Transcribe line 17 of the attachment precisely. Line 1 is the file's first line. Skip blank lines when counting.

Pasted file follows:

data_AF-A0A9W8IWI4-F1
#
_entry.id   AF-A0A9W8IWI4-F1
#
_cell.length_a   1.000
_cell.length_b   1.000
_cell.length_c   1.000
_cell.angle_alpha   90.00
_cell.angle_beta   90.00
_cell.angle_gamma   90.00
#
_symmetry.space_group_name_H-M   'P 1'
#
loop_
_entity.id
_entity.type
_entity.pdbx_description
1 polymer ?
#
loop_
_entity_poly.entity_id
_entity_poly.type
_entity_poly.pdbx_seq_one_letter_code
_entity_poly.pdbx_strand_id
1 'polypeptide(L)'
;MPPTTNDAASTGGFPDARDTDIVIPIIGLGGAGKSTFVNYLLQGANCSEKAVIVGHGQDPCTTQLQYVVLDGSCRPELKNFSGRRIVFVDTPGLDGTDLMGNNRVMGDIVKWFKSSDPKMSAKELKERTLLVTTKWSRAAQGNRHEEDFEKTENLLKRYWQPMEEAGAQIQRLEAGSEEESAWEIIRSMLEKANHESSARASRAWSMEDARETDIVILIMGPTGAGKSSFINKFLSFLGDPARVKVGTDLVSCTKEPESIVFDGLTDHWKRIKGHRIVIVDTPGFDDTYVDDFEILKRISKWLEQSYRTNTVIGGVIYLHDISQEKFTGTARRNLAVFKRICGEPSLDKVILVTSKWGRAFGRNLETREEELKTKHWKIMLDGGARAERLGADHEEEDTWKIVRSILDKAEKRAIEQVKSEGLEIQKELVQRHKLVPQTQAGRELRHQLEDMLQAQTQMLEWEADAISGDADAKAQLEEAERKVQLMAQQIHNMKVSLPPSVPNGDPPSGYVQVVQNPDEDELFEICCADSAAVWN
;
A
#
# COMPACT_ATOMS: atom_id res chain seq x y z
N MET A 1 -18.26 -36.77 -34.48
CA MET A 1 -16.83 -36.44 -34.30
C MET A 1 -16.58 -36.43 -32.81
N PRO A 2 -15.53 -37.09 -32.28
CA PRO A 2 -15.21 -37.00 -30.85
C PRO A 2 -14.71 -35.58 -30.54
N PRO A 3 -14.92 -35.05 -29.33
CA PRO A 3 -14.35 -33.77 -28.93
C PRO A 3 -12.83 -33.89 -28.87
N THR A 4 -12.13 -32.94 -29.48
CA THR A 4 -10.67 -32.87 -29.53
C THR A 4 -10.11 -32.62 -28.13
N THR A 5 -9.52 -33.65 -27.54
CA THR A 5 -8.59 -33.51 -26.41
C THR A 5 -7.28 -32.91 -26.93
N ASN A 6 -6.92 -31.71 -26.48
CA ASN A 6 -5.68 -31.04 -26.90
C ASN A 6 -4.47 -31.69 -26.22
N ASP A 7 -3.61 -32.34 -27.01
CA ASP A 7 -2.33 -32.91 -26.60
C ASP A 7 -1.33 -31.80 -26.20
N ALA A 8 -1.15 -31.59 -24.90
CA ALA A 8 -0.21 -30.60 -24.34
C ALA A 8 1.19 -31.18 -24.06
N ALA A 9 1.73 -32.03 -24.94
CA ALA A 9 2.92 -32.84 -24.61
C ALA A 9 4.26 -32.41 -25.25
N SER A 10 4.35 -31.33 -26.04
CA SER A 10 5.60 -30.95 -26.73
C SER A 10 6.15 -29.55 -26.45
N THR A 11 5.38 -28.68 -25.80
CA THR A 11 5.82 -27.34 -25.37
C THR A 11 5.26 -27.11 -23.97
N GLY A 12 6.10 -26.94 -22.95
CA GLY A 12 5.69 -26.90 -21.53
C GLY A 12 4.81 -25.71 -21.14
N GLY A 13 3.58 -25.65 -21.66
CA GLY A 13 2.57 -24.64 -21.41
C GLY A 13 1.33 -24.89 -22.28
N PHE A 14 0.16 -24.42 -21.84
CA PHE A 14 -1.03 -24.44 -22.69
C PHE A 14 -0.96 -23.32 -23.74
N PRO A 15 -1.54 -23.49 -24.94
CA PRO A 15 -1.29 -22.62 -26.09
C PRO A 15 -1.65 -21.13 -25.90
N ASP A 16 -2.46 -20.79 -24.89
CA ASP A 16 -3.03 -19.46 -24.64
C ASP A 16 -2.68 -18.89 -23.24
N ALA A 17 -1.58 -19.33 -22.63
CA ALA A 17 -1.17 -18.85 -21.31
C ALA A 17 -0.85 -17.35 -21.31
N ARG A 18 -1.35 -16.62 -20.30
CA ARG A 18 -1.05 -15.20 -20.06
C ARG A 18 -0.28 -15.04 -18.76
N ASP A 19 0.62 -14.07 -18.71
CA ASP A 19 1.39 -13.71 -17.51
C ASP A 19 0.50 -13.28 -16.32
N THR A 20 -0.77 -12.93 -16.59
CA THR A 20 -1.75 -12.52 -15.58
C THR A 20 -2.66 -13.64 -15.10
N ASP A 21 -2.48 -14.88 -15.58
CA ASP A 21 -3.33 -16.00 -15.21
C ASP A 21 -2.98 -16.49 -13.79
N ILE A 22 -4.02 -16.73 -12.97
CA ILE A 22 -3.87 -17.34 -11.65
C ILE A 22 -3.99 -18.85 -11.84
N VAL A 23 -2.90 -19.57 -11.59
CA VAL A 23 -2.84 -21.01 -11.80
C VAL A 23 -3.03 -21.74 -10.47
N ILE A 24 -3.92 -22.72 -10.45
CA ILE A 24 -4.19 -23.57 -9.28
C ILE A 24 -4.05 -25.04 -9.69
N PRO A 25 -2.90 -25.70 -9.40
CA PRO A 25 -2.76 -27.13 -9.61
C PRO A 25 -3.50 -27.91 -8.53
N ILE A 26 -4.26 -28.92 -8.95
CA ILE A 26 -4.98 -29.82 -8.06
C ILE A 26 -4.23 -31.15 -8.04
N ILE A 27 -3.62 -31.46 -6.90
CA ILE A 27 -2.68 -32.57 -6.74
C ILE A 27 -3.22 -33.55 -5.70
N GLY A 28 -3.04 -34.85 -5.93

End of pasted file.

_entity.pdbx_description